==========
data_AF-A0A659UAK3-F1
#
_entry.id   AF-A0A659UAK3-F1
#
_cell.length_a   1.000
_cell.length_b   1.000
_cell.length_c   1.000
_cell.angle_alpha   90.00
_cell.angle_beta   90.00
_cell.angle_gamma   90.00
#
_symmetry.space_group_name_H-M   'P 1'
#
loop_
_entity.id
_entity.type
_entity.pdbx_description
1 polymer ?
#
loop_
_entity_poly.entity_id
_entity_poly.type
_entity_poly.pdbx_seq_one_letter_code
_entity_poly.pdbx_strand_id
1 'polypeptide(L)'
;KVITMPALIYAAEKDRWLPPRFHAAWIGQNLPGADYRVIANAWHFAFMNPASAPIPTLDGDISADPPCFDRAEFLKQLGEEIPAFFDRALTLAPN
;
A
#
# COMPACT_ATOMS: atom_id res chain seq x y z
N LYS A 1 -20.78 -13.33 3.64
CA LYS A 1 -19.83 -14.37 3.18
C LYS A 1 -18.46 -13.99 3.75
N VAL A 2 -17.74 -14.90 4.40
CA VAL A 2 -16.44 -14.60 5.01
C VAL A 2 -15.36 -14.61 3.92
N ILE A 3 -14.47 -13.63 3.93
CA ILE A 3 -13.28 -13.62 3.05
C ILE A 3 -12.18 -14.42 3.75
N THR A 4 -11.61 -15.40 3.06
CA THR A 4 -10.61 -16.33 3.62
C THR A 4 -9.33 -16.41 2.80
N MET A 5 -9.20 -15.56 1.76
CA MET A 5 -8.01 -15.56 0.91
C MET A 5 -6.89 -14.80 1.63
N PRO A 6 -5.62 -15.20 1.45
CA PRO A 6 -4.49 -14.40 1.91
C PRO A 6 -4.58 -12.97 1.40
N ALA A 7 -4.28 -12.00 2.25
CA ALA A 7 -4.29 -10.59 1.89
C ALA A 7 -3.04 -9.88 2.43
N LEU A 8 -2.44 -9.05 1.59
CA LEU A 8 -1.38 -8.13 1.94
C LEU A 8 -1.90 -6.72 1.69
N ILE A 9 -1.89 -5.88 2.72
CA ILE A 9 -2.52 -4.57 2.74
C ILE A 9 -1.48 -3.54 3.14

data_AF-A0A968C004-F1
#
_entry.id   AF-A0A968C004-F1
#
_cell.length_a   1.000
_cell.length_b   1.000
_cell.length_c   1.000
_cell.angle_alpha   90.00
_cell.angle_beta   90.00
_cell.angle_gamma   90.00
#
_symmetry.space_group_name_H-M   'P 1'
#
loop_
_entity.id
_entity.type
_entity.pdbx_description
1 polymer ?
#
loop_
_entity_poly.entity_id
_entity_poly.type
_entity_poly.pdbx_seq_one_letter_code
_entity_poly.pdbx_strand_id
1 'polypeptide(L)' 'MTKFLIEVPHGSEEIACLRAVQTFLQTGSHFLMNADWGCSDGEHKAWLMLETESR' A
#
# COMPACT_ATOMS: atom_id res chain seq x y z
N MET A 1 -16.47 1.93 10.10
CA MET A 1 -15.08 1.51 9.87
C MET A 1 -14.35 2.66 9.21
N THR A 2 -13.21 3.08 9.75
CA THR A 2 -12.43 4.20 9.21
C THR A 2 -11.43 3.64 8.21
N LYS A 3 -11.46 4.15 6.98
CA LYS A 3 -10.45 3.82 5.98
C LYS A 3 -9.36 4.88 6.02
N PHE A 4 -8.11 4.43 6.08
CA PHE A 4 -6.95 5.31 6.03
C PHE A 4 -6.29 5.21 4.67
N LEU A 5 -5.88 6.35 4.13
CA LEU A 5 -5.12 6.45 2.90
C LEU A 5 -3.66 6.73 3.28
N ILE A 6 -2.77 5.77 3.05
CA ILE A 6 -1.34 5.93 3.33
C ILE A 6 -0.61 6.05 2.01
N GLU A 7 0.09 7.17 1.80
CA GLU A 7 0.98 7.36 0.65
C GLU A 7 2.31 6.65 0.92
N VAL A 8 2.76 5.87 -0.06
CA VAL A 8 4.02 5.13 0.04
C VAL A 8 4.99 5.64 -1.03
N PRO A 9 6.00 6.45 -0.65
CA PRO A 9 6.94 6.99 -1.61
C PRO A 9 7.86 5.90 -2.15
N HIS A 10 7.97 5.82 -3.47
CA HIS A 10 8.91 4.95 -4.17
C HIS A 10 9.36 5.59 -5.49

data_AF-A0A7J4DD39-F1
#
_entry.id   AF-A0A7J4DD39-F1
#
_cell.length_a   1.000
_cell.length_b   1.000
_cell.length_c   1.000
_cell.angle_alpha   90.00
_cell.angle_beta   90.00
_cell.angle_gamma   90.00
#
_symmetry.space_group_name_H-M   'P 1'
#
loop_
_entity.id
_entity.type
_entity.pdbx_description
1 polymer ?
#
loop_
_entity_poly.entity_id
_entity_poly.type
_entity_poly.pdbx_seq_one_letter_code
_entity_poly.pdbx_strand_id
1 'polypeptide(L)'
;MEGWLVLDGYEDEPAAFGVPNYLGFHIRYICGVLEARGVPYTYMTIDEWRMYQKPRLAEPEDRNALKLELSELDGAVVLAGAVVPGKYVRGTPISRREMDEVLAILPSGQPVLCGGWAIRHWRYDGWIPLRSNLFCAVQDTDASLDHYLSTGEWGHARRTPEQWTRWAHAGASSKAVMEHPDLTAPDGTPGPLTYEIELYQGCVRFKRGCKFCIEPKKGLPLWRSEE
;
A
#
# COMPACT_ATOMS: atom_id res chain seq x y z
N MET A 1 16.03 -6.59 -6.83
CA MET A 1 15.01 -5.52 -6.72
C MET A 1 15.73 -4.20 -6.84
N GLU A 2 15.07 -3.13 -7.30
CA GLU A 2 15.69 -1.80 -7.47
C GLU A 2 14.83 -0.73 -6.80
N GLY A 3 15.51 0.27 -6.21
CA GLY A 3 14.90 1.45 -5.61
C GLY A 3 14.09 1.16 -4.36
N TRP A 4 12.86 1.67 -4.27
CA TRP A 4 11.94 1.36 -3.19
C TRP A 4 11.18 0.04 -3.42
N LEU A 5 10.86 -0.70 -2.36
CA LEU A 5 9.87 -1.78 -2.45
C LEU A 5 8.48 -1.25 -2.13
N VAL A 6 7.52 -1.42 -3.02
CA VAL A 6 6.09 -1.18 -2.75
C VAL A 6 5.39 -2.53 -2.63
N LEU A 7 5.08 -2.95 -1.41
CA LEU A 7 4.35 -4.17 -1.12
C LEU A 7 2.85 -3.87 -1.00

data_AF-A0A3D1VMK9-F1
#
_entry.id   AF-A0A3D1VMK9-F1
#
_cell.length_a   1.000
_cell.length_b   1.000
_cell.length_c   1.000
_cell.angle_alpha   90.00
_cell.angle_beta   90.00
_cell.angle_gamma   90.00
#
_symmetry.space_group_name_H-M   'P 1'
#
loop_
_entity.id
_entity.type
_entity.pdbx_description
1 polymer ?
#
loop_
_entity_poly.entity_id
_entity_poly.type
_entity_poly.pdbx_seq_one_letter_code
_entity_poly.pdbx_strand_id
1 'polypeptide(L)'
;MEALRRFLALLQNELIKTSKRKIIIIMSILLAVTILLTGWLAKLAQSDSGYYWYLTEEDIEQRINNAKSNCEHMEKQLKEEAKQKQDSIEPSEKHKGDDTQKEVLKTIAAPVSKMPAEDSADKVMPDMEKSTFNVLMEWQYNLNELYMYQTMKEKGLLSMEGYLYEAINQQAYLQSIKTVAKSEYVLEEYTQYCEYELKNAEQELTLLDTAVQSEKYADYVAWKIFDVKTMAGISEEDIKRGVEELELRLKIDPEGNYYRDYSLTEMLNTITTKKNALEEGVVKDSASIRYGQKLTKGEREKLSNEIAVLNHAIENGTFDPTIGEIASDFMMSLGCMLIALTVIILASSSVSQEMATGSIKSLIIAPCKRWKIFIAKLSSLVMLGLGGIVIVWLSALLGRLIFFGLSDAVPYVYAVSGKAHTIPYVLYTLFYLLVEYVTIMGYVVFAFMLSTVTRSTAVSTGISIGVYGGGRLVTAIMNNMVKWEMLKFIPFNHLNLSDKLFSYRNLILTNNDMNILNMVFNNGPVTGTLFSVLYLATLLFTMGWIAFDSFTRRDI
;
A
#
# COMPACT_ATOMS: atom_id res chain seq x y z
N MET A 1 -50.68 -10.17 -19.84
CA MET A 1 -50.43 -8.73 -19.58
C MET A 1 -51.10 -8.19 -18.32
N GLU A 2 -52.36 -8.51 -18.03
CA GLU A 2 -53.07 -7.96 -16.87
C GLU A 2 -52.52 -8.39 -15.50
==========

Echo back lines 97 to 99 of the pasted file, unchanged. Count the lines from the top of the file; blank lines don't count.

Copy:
N LEU A 5 -5.88 6.35 4.13
CA LEU A 5 -5.12 6.45 2.90
C LEU A 5 -3.66 6.73 3.28